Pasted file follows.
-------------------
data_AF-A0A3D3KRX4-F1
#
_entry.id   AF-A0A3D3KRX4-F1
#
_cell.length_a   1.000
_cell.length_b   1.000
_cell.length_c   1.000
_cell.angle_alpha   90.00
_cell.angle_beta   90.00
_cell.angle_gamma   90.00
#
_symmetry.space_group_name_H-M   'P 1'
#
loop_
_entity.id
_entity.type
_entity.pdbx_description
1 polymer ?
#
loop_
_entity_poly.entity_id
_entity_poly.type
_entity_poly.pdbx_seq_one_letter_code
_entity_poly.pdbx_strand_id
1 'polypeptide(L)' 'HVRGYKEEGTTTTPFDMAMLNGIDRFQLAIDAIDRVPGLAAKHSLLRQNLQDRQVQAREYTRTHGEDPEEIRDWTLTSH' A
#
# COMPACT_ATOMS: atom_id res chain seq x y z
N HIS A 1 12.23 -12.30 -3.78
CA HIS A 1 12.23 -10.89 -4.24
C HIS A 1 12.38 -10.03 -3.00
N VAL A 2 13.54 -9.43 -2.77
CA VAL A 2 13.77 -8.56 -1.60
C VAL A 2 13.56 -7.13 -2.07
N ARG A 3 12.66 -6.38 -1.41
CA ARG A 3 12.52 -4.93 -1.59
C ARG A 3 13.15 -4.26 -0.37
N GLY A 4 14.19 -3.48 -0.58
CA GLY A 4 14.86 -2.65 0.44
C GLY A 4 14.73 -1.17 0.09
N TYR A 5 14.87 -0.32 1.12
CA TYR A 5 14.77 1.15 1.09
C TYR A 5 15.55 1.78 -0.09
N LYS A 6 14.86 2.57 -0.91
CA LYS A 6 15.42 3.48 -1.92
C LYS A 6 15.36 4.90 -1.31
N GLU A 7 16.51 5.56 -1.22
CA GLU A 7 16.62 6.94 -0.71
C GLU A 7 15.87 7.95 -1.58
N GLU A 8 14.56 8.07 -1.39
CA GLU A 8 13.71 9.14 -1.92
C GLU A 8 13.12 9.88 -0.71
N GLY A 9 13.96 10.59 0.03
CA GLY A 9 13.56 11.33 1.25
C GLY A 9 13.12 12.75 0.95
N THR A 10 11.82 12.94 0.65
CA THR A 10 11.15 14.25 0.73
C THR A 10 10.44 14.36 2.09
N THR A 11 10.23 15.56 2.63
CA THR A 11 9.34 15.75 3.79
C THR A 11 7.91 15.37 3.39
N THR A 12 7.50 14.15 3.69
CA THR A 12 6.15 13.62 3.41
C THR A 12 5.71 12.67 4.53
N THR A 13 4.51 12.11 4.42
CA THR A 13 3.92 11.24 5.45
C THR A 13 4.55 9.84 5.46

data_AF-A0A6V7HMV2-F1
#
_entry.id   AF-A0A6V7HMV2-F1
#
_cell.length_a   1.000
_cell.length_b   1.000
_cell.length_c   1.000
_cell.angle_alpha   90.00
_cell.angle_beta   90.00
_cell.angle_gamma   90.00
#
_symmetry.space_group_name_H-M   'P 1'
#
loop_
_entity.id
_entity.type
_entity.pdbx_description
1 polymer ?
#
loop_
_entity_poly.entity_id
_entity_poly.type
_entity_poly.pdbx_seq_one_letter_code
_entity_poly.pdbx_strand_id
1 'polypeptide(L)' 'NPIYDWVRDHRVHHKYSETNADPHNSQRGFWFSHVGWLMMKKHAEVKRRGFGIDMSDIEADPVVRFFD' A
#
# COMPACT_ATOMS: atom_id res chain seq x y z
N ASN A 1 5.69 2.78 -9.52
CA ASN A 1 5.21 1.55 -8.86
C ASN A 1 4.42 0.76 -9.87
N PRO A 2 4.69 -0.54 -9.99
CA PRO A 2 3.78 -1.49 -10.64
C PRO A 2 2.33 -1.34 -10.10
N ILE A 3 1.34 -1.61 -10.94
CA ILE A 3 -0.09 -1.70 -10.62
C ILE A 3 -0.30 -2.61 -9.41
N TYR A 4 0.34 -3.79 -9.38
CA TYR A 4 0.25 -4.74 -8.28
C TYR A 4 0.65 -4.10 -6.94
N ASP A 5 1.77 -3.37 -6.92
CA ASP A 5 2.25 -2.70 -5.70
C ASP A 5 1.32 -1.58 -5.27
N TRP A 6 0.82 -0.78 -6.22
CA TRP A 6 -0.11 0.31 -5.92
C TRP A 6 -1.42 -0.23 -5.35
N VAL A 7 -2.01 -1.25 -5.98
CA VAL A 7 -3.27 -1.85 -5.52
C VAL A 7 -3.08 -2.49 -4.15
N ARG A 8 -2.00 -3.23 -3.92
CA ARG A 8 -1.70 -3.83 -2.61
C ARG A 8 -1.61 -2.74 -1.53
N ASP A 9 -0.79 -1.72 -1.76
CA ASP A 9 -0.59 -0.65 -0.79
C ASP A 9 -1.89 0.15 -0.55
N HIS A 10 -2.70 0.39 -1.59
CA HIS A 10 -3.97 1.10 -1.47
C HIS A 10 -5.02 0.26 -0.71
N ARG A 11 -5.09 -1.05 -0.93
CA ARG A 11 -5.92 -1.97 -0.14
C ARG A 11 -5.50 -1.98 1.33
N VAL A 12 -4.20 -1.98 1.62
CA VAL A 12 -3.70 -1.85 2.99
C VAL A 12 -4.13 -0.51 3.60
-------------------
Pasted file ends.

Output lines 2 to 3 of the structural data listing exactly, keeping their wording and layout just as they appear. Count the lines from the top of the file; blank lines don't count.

#
_entry.id   AF-A0A3D3KRX4-F1